Almost every day in our lives, we boil water for cooking or to make it potable. But what exactly is boiling? Boiling is heating a liquid sample till the temperature when all liquid is converted to vapor.
This temperature is the boiling point. The boiling point of a substance is the temperature at which atmospheric pressure becomes equal to the vapor pressure of the liquid.
For water, the normal boiling point is 99.97°C at 1 atm, and the standard boiling point is 99.61°C at 1 bar.
Boiling is a bulk phenomenon in which all the molecules (not only the ones at the surface) participate in the process.
This article will discuss whether boiling water is a chemical or physical change, and we will understand the difference between the two types of changes and properties.
We will also see the factors which affect boiling point and the difference between boiling and evaporation.
So, is boiling water a chemical change? No, boiling water is not a chemical change because the chemical composition of water remains unchanged on boiling. Only the physical state of water changes from liquid to water vapors during the boiling of water. The water vapors formed on boiling have the same molecular structure as that of liquid water ie; H2O.
Read out the below subheadings for more detailed information.
Why is Boiling Water not a Chemical Change?
The answer to this question can be answered only if we know what happens during the process of boiling.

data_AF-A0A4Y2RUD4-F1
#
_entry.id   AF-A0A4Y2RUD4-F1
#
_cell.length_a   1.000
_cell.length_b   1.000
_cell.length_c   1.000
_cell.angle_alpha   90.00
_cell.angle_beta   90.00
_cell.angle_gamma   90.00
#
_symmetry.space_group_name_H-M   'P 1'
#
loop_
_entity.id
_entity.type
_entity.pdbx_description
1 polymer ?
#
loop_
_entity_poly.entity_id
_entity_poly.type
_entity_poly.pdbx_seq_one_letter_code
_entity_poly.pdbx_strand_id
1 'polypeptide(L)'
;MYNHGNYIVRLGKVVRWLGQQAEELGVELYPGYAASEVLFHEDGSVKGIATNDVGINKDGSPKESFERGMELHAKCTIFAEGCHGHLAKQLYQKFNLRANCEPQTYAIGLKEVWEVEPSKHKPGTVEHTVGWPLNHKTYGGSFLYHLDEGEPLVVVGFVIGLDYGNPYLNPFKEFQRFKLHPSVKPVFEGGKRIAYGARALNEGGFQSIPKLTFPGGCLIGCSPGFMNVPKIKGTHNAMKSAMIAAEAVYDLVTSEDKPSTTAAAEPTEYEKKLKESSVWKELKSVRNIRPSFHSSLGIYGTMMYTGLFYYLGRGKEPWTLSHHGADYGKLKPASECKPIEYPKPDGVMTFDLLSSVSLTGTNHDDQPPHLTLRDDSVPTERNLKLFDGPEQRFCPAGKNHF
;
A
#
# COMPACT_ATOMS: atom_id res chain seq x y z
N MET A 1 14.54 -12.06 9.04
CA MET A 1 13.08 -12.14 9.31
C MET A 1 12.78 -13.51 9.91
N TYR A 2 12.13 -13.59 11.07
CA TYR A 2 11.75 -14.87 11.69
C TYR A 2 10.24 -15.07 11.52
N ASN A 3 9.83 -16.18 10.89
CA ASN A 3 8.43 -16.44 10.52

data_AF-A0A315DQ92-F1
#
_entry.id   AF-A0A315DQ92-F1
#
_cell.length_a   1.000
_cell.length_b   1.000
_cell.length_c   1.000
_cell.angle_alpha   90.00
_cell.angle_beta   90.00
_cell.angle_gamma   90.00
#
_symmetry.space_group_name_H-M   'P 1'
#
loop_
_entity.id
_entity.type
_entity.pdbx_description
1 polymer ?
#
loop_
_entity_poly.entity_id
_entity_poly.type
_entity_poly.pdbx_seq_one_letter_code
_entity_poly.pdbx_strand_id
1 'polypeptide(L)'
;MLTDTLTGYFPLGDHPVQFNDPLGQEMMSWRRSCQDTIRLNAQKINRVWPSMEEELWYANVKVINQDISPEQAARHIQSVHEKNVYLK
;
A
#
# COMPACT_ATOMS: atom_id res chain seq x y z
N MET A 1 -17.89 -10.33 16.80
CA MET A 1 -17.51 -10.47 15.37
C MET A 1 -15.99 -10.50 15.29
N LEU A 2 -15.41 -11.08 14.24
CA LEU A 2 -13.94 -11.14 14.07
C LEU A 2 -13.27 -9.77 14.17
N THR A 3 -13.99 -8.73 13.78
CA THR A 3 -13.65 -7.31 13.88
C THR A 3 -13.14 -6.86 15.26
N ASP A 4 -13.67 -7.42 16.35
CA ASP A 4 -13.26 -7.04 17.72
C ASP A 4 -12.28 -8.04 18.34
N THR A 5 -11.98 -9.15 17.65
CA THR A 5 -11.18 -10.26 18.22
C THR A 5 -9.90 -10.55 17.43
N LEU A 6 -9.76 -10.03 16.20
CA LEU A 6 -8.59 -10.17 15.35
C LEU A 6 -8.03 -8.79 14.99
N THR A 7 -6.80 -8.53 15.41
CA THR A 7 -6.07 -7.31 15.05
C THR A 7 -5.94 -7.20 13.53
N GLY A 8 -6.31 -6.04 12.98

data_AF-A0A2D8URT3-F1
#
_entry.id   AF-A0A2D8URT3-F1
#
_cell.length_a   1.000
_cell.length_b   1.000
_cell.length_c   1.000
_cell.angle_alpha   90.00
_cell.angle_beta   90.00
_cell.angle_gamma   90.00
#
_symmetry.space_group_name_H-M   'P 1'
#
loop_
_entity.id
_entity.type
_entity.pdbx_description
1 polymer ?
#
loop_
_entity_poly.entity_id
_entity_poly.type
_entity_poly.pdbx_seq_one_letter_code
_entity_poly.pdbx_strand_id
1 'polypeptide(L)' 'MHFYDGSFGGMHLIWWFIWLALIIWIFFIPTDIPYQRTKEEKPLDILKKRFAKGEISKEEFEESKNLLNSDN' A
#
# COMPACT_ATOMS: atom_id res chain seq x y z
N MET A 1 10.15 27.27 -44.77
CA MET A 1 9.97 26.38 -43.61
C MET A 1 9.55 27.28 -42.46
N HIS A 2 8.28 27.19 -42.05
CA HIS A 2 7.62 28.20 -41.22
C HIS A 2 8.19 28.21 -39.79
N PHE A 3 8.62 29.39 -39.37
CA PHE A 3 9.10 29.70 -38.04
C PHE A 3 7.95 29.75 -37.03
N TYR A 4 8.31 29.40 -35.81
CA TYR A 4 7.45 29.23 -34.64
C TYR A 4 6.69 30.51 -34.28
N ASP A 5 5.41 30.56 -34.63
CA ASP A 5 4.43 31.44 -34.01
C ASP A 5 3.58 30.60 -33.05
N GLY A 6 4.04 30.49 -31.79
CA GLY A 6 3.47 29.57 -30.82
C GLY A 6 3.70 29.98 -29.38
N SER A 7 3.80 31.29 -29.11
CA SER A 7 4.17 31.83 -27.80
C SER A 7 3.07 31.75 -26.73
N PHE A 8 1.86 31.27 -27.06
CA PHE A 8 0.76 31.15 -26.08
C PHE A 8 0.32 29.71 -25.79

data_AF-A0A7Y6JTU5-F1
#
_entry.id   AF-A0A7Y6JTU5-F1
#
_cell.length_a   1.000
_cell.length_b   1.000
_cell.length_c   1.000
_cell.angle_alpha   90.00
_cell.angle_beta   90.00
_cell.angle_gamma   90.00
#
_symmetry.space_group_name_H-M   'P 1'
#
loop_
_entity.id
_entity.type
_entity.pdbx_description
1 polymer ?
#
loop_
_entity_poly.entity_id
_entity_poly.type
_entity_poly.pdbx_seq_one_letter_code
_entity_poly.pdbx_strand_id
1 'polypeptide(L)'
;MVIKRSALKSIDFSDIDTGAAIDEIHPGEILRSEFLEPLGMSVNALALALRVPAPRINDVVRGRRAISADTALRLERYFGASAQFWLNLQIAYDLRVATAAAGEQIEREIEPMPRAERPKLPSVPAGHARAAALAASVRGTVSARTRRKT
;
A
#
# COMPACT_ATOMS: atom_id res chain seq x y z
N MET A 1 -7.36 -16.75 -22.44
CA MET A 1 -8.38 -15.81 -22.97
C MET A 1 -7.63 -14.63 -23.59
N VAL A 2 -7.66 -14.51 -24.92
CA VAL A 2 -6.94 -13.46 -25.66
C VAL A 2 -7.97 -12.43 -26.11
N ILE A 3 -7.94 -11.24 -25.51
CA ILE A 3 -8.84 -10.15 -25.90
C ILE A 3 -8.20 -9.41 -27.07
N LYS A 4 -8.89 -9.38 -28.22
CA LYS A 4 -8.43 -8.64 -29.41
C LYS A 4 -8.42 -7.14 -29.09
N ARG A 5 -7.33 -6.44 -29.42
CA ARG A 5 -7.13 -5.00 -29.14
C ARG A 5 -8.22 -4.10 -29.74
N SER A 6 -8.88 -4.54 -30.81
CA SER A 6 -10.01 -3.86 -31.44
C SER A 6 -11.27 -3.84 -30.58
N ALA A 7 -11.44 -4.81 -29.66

For boiling of water to take place, heat has to be provided from an external source. Initially, on heating water, there is a temperature rise.
The kinetic energy of water molecules increases, and they collide with each other. When the temperature equals the boiling point of water, all the water molecules no longer remain in the liquid state.
The water molecules use the heat provided at boiling point to change their physical state, and the temperature remains the same.
The temperature remains constant during boiling even though heat is continuously provided because heat is a form of energy and liquid water needs some energy called enthalpy of vapourization to change state from liquid to vapor.
Throughout the process of boiling, no chemical reaction takes place. No new compound is formed. The change is reversible as well.
These characteristics help us infer that the boiling of water is not a chemical change.
Is Boiling Water a Physical Change?
Yes, boiling water is a physical change.
This is because the chemical composition of water does not change throughout the process of boiling.